The museum opened and everyone in line headed to a premium section of Rembrandt's later paintings so I was left alone in the galleries. It was odd to be amongst artwork dating back to the 1200's and to be alone. It was as if I was intruding on sacred ground. There was an occasional museum worker and each time I passed one I expected to hear, "Sir, you can't be here!" That never happened and being able to take in the work by myself allowed me to take in what I was seeing. I've been to the Saint Louis Art Museum but it's always crowded and it's hard to stop and fully take in the art the way the artist intended, so here at the Rijksmuseum I was being given a real big gift to walk the halls and galleries by myself.
As I mentioned, I'm not the biggest art buff but to see the actual works of art that I've heard about, or seen in papers or school, or even the works of art that I've had questions about in Trivia Crack were to the superlative. I turned a corner and there was a stationary guard. I learned that wherever a museum worker/guard was there tended to be a major work and there it was, a Vincent Van Gogh self-portrait. From there I went up and I noticed three workers at one piece and it was Rembrandt's Night Watch.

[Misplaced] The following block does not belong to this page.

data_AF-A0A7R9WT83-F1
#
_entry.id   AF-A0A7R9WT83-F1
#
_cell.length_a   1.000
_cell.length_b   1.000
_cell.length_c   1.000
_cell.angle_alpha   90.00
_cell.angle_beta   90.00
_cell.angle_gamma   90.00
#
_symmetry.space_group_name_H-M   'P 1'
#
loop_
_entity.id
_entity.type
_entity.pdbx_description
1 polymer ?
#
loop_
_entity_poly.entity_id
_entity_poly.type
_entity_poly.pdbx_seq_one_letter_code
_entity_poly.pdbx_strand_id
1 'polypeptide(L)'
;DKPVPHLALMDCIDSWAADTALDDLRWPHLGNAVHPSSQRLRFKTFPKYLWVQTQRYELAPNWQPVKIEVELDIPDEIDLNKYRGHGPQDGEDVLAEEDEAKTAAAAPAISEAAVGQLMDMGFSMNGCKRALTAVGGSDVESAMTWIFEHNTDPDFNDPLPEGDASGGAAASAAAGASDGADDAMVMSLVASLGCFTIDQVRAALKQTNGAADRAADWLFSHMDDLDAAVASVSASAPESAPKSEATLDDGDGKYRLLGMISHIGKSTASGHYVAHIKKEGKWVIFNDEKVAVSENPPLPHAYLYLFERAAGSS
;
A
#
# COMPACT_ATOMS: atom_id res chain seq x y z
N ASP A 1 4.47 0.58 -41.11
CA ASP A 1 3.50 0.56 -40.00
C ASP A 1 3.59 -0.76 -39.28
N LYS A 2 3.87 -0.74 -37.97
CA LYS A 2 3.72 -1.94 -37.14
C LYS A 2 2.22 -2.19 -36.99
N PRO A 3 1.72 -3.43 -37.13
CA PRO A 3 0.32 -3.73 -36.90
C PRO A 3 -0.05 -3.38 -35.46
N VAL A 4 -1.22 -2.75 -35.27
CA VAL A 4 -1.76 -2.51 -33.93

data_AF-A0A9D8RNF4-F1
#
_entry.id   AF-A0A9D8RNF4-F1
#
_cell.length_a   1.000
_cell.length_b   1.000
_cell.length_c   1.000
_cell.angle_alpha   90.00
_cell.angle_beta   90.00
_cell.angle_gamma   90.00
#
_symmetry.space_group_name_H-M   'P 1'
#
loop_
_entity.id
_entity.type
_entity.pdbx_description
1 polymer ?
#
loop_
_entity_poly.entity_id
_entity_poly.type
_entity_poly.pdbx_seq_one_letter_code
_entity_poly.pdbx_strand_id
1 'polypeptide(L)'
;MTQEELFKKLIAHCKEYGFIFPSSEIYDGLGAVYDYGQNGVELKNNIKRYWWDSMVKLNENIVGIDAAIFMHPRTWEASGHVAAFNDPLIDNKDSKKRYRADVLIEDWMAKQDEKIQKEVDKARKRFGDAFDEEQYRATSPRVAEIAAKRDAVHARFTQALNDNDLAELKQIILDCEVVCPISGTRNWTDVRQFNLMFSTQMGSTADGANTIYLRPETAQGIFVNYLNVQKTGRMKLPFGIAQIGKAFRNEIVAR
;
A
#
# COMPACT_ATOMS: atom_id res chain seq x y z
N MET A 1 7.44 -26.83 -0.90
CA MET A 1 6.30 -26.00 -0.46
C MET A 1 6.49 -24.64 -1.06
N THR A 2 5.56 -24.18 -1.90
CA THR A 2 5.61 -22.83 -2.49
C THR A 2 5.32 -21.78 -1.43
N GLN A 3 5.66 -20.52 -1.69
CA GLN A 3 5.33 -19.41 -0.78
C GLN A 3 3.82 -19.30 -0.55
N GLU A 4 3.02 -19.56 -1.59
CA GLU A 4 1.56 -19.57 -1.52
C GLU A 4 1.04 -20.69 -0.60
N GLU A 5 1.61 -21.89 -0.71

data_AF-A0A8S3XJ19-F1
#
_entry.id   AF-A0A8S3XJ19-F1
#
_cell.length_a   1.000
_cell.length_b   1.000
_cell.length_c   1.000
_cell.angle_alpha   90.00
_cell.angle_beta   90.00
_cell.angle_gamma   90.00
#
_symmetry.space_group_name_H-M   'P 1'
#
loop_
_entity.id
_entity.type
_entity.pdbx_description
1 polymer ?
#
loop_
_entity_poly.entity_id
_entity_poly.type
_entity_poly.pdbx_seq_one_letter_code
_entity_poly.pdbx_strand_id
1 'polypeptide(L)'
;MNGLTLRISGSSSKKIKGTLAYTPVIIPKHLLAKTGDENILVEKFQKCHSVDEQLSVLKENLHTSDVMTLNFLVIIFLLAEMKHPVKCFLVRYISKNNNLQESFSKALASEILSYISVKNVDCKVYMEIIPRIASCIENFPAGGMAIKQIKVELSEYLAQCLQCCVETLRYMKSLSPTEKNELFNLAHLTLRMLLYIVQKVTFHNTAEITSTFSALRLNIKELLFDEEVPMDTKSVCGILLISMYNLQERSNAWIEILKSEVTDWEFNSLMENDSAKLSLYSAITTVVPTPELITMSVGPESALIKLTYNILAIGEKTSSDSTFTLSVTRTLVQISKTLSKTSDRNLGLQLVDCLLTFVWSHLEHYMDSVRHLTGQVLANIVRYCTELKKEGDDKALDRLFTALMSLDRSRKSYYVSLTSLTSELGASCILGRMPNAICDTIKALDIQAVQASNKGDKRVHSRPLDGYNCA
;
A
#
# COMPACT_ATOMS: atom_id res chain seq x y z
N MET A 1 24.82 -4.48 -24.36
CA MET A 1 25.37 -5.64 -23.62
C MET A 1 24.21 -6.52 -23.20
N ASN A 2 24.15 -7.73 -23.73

About an hour into my journey into the history of Dutch art, the feeling of being a lone traveler started to vanish as school field trips were there along with many different guided tours in many different languages. Unlike when I first arrived, Night Watch now had maybe fifty people viewing it. Quickly this museum, which had been an oasis of solitude, was now a bustling place and it's no wonder; it's the 19th most visited museum in the world with over 2.4 million attendees for the last reported year. If you are ever in Amsterdam I implore you to get there before it opens and be one of the first people inside because it's an experience that will be with me forever.